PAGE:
The Fascinator

This morning Jackie drove me to New Milton where I bought a pair of sandals and delivered some dry cleaning. We then continued into the forest for a short trip giving us time to return home for a FaceTime date with Sam and Malachi.

Our first tail-twitching ponies were encountered alongside

Holmsley Passage, where,

pausing for the occasional bite, a group of ponies emerged from the woodlands;

crossed the road,

and made their way onto the moorland;

tails twitching in efforts to deter flies.

As we neared home, on Holmsley Road, two foals accompanied another group.

One fascinated infant snuggled up to the bonnet of a small van, the driver of which disembarked and persuaded the traffic hazard

onto the verge.

Back at home I enjoyed a torchlight FaceTime conversation with my son and grandson in Perth. Sitting here in our summer mid-day it was fascinating seeing Sam and Malachi in pitch-black darkness, just after their 7 p.m., enlivened by the flames of a garden fire and Mal’s bright reading aid. The torch was also shone on the chooks in their coop. I was reminded that the sun sets very rapidly over there.

This evening we dined excellently on lamb leg steaks; roasted parsnips and butternut squash; Lyonnaise potatoes; carrots, cabbage and mange touts. I finished the Carinena while Jackie abstained because she had drunk her Hoegaarden on the patio when we had pre-dinner drinks overlooked by a

goldfinch perched atop

a towering bay tree.

Please Don’t Mention It

This picture was one of Jackie’s favourites for the competition which didn’t make the final cut. I therefore used it in a card for her birthday tomorrow. Don’t worry, she won’t have an advance viewing because she reads the blog posts first thing in the morning.

After lunch, while Jackie continued planting up her myriad of containers, I dead-headed the roses. This will from now on be a daily necessity.

If anyone notices any I have missed, please don’t mention it.

This evening we dined on smoked haddock fish cakes topped with cheese by the Culinary Queen; piquant cauliflower cheese; Lyonnaise potatoes, soft-centred yet crisp on the outside, with nicely charred onions; and, for added colour, green peas. Jackie drank Hoegaarden and I drank Carenina Gran Reserva Monte Plogar 2011.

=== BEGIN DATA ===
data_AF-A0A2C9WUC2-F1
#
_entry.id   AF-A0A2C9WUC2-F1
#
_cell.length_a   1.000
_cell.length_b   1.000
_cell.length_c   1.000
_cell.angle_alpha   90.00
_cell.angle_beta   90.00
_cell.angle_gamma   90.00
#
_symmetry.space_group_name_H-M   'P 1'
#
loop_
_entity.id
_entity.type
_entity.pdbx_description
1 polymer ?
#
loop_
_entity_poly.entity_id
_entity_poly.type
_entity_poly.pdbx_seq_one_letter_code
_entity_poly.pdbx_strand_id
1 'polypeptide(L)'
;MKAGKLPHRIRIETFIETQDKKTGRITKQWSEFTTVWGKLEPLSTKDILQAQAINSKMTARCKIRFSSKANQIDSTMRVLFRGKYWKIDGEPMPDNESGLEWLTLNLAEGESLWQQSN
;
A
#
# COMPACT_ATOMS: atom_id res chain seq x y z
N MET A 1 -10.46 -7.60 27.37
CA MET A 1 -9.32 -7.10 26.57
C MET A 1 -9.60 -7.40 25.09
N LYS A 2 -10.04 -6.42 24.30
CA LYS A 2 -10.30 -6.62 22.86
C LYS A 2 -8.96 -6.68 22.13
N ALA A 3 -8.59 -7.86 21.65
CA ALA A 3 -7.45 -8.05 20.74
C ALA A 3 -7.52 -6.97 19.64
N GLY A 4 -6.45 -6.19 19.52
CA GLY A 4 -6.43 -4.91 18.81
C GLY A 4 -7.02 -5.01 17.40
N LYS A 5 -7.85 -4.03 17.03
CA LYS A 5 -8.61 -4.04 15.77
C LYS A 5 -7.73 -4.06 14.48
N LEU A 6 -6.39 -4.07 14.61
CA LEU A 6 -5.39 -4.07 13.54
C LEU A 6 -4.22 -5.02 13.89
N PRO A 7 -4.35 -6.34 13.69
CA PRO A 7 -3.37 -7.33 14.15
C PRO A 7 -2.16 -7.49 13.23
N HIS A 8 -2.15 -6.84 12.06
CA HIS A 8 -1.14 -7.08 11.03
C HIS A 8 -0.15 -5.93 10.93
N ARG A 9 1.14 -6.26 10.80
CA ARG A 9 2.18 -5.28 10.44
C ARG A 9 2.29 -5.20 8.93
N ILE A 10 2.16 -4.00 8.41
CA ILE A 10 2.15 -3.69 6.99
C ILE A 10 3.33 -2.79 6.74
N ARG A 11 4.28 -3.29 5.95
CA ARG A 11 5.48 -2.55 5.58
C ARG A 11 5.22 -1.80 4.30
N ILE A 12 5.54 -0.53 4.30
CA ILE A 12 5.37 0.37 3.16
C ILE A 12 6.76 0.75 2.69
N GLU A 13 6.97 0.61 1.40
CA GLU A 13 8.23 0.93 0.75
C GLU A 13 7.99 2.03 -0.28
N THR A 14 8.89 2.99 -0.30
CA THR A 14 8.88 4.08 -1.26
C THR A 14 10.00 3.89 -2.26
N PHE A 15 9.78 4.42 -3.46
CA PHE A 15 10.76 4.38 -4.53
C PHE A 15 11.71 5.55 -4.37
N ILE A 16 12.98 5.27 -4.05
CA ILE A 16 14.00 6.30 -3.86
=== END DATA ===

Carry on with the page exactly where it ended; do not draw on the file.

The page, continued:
“Welcome To The World Of Flies”

Now I am going to throw a spanner in the works of selection. I have just remembered ‘The Drift’, the second half of which post contains a number of pictures which must be included. It is such a unique New Forest event. I don’t wish to impose more work on my readers, but any comments would be welcome.

I have culled the 5 least popular of my 19 and added the four above from The Drift. At least the shortlist is reduced by one.

When we visited Wessex Photo yesterday I was encouraged to enter that company’s own competition on the subject of Spring. This gave me the opportunity to submit

this jackdaw gathering nesting material from a cow’s hide, taken from my post of 3rd May. I had rejected it from my first selection for the Everton competition because it could have been taken anywhere.

A brief walk around the garden this afternoon gleaned

these diascia which have survived two winters outside in their pot;

these marvellously scented sweet peas having forced their way through paving beside the kitchen wall;

above the campanula and geraniums the red peonies first photographed in bud;

this velvety climbing rose now springing from the arch Aaron erected over the Shady Path;

and, in the Rose Garden Gloriana, For Your Eyes Only; Summer Wine and Madame Alfred Carriere above the entrance arch beside

Festive Jewel nudging me for a dead heading session.

Later we took a short drive into the forest. Warborne Lane, outside Lymington, is so narrow that we just coasted along in the wake of these two horse riders. The two cyclists lurking behind the hedge had no choice but to wait their turn for a place on the road. We waited for them, too.

On the moorland beside St Leonards Road cattle and ponies lazed or grazed.